Combinations in possession and defensive weakness
As mentioned above, the fullbacks are the source of width for Germany, but the dynamics differ on both sides. On the left flank, David Raum is constantly stationed high and wide, so the left winger (usually Sané) finds himself positioned in the halfspaces or sometimes even occupies the central zones behind the striker. Meanwhile, Kehrer joins the attacking situations only when Germany pin their opposition back. This means that the right winger (Gnabry) starts from the touchline and finds himself in a one-versus-one situation against the fullback.
Germany rely on line-breaking passes from their center-backs and the double pivot. The likes of Süle and Rüdiger are also adept at hitting diagonal passes and once the ball finds the feet of the fullback, they look to form triangles with the winger, fullback, and the attacking midfielder or the striker involved. Germany’s quick one-touch passing lures the opposition into committing challenges and they create several opportunities via short passes and movements near the edge of the box.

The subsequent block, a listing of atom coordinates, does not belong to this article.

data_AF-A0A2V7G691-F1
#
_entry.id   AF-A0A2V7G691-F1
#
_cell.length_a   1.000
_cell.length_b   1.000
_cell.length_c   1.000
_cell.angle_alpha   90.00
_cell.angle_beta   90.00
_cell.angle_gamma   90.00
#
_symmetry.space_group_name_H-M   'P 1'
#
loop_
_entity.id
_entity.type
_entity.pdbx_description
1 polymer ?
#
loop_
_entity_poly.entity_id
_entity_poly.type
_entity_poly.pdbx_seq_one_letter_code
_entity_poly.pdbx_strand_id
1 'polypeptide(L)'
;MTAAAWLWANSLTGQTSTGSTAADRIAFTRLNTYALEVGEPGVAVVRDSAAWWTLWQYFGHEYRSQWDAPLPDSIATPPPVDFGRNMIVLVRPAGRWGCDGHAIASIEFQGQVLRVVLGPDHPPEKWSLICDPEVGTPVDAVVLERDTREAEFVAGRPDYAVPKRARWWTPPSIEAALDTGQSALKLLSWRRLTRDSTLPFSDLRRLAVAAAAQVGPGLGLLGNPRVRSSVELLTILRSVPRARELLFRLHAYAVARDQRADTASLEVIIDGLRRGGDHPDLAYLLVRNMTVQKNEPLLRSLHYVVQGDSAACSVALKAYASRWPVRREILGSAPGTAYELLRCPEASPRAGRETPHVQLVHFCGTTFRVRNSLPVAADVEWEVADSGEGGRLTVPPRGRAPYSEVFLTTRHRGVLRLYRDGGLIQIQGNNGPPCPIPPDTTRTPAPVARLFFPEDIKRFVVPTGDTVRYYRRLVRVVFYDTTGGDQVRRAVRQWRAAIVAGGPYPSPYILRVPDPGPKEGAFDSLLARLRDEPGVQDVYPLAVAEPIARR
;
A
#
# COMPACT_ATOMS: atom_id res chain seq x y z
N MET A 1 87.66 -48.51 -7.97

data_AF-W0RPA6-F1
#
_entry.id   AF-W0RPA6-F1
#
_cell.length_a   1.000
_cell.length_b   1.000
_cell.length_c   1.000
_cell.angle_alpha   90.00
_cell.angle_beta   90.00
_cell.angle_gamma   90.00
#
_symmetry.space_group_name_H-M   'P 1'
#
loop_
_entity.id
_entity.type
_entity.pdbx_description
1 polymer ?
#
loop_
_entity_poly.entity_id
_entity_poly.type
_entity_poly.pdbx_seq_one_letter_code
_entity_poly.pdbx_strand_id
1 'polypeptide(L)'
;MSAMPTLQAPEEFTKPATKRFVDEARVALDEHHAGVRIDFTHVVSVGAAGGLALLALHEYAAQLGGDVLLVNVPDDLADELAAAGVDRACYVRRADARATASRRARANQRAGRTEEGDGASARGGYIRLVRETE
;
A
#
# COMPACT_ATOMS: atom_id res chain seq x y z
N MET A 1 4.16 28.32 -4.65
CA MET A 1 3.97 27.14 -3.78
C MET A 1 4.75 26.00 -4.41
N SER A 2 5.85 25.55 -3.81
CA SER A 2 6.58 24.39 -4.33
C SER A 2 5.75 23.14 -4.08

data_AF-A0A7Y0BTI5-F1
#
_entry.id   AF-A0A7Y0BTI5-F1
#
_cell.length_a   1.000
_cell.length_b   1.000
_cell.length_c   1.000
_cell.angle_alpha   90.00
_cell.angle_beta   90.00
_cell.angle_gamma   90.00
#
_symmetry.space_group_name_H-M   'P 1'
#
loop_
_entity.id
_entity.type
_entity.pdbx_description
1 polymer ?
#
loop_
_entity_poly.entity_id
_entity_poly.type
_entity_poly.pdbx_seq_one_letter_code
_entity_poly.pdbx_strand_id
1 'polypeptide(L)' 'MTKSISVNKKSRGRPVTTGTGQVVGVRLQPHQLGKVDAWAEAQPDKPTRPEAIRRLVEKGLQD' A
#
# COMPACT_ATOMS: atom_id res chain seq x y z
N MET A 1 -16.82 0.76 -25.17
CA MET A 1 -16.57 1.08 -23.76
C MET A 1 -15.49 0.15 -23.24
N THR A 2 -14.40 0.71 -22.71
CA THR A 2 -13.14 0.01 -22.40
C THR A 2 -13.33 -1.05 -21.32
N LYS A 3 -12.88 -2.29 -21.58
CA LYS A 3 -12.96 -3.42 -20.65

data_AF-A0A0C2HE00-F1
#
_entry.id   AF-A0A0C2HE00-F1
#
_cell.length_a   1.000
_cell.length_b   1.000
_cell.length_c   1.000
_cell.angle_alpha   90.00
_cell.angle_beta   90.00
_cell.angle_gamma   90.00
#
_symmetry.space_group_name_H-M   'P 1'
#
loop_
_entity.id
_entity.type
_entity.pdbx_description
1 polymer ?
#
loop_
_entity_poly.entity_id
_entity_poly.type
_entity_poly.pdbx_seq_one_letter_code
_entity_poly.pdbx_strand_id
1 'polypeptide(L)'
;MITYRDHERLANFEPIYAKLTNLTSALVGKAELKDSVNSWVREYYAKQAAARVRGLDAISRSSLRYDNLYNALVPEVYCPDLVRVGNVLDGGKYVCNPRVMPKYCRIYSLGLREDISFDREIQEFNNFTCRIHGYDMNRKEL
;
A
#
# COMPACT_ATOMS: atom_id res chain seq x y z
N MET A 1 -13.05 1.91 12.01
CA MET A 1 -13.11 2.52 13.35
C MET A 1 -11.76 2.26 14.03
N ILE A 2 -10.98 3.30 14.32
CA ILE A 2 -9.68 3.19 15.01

England vs Germany (September 2022): Germany’s buildup to the goal – Süle switches the ball to Raum, and he goes past Reece James. Raum, Müller, and Gnabry link up as the latter receives the ball from Muller in space and fires a shot. Pope saves it, but Havertz scores on the rebound.
With the pace and trickery of Sané, Gnabry, and Musiala, Germany can also be a threat on the break and could expose their opponents if space is provided. However, as Flick’s side attack in numbers, they sometimes undoubtedly struggle at the back. While the double pivot are excellent in possession, they certainly lack the mobility to cover their fullbacks during transition.
Moreover, since the manager has emphasized on pressing high up the pitch, the team are reliant on closing down their opponents quickly. But if the central midfielders fail to get tight to their markers, it could ultimately open space for their opponents in dangerous areas. England showcased Germany’s weakness in midfield and the back line during their 3-3 draw back in September.